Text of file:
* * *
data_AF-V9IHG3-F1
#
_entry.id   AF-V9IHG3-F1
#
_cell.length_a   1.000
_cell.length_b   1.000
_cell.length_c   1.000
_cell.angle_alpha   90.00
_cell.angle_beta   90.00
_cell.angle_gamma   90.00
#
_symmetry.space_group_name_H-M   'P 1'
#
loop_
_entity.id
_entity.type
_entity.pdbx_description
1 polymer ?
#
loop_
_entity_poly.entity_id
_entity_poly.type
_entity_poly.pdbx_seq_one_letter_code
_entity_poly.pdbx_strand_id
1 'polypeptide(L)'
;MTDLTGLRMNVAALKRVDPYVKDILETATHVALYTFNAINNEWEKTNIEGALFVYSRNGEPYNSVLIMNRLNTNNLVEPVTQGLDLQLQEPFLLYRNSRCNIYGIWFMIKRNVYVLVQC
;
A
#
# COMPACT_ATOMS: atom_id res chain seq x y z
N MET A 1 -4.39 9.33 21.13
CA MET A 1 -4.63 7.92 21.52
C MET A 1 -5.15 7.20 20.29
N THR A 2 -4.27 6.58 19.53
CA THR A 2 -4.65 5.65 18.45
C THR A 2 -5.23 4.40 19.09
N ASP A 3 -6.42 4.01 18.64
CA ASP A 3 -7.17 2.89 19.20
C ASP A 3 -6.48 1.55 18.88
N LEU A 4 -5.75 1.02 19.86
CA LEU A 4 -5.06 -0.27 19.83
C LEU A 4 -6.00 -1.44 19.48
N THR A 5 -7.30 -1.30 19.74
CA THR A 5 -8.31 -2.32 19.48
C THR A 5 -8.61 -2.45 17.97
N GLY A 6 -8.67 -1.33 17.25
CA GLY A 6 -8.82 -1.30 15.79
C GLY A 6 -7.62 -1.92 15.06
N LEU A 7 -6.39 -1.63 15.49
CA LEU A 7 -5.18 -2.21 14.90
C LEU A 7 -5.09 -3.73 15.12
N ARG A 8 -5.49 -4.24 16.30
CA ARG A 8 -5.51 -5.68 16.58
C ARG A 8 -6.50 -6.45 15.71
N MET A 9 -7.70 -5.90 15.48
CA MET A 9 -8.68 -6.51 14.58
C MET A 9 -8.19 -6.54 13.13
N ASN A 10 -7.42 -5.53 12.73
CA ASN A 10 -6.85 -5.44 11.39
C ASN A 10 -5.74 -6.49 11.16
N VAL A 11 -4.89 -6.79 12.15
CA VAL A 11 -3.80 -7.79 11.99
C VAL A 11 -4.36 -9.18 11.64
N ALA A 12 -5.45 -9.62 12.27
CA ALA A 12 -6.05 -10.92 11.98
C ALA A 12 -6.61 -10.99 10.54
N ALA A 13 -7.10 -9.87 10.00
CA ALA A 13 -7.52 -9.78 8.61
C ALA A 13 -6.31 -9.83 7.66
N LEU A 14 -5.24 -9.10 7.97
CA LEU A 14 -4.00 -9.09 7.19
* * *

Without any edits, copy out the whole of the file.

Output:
data_AF-V9IHG3-F1
#
_entry.id   AF-V9IHG3-F1
#
_cell.length_a   1.000
_cell.length_b   1.000
_cell.length_c   1.000
_cell.angle_alpha   90.00
_cell.angle_beta   90.00
_cell.angle_gamma   90.00
#
_symmetry.space_group_name_H-M   'P 1'
#
loop_
_entity.id
_entity.type
_entity.pdbx_description
1 polymer ?
#
loop_
_entity_poly.entity_id
_entity_poly.type
_entity_poly.pdbx_seq_one_letter_code
_entity_poly.pdbx_strand_id
1 'polypeptide(L)'
;MTDLTGLRMNVAALKRVDPYVKDILETATHVALYTFNAINNEWEKTNIEGALFVYSRNGEPYNSVLIMNRLNTNNLVEPVTQGLDLQLQEPFLLYRNSRCNIYGIWFMIKRNVYVLVQC
;
A
#
# COMPACT_ATOMS: atom_id res chain seq x y z
N MET A 1 -4.39 9.33 21.13
CA MET A 1 -4.63 7.92 21.52
C MET A 1 -5.15 7.20 20.29
N THR A 2 -4.27 6.58 19.53
CA THR A 2 -4.65 5.65 18.45
C THR A 2 -5.23 4.40 19.09
N ASP A 3 -6.42 4.01 18.64
CA ASP A 3 -7.17 2.89 19.20
C ASP A 3 -6.48 1.55 18.88
N LEU A 4 -5.75 1.02 19.86
CA LEU A 4 -5.06 -0.27 19.83
C LEU A 4 -6.00 -1.44 19.48
N THR A 5 -7.30 -1.30 19.74
CA THR A 5 -8.31 -2.32 19.48
C THR A 5 -8.61 -2.45 17.97
N GLY A 6 -8.67 -1.33 17.25
CA GLY A 6 -8.82 -1.30 15.79
C GLY A 6 -7.62 -1.92 15.06
N LEU A 7 -6.39 -1.63 15.49
CA LEU A 7 -5.18 -2.21 14.90
C LEU A 7 -5.09 -3.73 15.12
N ARG A 8 -5.49 -4.24 16.30
CA ARG A 8 -5.51 -5.68 16.58
C ARG A 8 -6.50 -6.45 15.71
N MET A 9 -7.70 -5.90 15.48
CA MET A 9 -8.68 -6.51 14.58
C MET A 9 -8.19 -6.54 13.13
N ASN A 10 -7.42 -5.53 12.73
CA ASN A 10 -6.85 -5.44 11.39
C ASN A 10 -5.74 -6.49 11.16
N VAL A 11 -4.89 -6.79 12.15
CA VAL A 11 -3.80 -7.79 11.99
C VAL A 11 -4.36 -9.18 11.64
N ALA A 12 -5.45 -9.62 12.27
CA ALA A 12 -6.05 -10.92 11.98
C ALA A 12 -6.61 -10.99 10.54
N ALA A 13 -7.10 -9.87 10.00
CA ALA A 13 -7.52 -9.78 8.61
C ALA A 13 -6.31 -9.83 7.66
N LEU A 14 -5.24 -9.10 7.97
CA LEU A 14 -4.00 -9.09 7.19